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Attack on strategic pipeline in Myanmar threatens China's investment

News Agencies | Updated on: 7 May 2021, 11:13 IST

As violent protest continues to mount in Myanmar causing disruption throughout the country, Chinese energy companies contracted to build power plants in the nation are considering exiting the market.

According to several reports, since the military staged a coup in February, China seems to be very concerned over the unfolding chaos in Myanmar, The Irrawaddy reported.

A total of USD 16-million per-day border trade takes place between China and Myanmar. Besides this, Beijing's investments in the 800-kilometer-long oil and natural gas twin pipelines are of strategic importance.

The strategic pipeline carries 12 billion cubic meters of gas, while the crude oil pipeline transports 22 million tons annually. "Power Projects taken up by Chinese state-backed liquefied natural gas and solar energy companies would have been difficult to implement even before the Feb. 1 military takeover, insiders say. Now the coup has further complicated matters," Nikkei Asia said in its report.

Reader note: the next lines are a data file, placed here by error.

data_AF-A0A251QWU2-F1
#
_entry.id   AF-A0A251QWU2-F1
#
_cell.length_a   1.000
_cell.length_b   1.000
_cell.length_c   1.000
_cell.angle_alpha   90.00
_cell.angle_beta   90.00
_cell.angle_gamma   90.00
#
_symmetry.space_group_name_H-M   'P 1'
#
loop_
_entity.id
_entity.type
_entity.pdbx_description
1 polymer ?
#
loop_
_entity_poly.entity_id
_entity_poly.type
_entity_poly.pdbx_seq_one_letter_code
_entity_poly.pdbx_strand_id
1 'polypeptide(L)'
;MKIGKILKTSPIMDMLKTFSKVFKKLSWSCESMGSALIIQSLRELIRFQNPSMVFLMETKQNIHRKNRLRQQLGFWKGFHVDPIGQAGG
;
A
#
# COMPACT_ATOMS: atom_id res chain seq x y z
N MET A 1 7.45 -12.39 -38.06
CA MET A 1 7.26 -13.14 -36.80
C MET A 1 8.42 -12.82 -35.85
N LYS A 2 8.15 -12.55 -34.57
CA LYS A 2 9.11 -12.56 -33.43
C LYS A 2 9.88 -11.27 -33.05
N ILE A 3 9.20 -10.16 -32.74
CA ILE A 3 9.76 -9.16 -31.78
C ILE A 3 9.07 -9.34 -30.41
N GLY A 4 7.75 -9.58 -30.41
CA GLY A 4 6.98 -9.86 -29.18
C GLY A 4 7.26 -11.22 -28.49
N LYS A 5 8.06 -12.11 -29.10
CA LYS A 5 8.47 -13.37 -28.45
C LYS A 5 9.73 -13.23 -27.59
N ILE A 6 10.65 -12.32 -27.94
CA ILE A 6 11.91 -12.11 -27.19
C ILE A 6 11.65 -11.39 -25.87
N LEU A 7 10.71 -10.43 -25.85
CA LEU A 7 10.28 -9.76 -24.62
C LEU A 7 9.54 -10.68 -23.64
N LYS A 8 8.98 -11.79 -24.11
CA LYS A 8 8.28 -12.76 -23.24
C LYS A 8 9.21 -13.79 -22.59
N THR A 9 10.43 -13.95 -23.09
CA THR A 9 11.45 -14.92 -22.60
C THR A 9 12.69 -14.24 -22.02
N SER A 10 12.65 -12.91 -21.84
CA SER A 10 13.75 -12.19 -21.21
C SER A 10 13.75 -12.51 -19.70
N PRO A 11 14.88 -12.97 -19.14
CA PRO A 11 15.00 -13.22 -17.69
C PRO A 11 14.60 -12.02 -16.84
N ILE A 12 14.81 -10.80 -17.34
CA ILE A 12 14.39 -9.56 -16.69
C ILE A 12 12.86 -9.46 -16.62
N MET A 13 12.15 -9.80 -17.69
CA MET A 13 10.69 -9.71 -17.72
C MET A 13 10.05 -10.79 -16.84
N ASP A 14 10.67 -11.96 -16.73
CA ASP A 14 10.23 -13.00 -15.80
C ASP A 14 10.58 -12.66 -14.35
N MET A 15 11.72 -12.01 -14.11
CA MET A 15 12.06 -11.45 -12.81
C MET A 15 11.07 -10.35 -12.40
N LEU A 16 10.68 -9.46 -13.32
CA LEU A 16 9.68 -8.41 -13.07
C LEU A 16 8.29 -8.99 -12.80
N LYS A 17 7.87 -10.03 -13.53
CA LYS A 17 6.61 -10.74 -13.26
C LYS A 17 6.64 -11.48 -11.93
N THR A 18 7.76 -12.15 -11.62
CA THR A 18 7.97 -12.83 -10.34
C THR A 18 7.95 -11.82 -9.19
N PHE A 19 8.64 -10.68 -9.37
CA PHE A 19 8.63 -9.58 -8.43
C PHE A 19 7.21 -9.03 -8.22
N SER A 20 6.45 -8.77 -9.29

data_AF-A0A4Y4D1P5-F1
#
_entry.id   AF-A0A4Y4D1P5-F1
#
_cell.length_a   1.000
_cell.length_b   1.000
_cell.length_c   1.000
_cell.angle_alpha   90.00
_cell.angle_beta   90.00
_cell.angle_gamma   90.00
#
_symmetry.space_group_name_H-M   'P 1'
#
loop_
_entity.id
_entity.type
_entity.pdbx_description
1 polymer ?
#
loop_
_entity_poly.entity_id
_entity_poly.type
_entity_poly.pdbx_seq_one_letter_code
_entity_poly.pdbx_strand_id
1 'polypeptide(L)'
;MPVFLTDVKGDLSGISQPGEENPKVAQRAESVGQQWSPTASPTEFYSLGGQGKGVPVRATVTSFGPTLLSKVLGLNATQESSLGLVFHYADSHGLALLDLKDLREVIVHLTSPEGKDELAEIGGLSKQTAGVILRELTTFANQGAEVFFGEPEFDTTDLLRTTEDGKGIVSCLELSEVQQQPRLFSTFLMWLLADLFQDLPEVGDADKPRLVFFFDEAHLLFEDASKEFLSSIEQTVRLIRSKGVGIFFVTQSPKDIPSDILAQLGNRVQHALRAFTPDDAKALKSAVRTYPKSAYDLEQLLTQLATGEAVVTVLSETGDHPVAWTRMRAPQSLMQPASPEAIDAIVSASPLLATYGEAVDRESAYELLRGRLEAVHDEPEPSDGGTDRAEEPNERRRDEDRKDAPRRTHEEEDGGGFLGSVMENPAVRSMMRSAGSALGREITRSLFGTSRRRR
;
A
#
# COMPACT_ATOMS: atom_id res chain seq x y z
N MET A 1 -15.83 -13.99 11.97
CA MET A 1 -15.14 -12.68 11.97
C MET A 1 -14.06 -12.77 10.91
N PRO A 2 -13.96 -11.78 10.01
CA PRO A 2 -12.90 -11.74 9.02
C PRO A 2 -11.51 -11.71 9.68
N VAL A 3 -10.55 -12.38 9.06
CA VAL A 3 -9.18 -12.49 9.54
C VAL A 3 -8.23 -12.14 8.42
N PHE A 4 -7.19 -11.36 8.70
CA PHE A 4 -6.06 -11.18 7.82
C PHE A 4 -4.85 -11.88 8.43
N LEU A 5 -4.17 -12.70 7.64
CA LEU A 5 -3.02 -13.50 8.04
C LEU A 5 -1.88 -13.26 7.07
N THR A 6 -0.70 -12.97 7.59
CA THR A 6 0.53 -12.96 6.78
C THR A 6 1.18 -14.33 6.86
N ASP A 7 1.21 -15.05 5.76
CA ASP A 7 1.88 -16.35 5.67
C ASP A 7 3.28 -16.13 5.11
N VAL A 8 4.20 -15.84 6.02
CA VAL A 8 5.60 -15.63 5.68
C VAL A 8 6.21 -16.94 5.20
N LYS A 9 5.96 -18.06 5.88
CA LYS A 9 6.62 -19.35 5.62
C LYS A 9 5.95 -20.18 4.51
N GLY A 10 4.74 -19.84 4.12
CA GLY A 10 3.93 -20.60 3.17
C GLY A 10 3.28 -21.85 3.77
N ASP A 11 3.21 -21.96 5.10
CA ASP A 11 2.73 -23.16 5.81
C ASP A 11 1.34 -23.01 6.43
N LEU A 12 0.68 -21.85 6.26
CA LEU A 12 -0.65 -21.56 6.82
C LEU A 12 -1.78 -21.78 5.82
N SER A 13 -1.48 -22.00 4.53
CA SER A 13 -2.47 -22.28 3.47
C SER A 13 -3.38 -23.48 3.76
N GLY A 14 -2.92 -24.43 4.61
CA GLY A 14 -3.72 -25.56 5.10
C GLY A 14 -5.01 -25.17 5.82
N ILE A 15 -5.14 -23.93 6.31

Calling the pipelines a crucial part of the Belt and Road Initiative (BRI), in February, Chinese officials have asked Myanmar officials to tighten security measures at the pipelines. "Any damage to the pipelines would cause huge losses for both countries."

This important Chinese project recently came into the spotlight following Wednesday's attack on a group of security personnel who were standing guard at the pipelines' station in Mandalay. Reportedly, three guards at the "oil and natural gas station" were killed by unidentified attackers.

China accused protesters of setting the factories alight. However, protesters denied the accusation saying the attacks were a plot to justify military crackdowns.

According to Swedish journalist Bertil Lintner, many people in Myanmar are rightly upset with the Chinese authorities, given their efforts over many decades to block any move by the UNSC to condemn atrocities committed by military governments in Myanmar or to introduce arms embargos against them.

Lintner further said that it would come as no surprise if attacks were carried out against, for instance, the pipelines. "And attitudes will not change unless the Chinese government stops its support for the Myanmar military. That should be a real concern."


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First published: 7 May 2021, 11:13 IST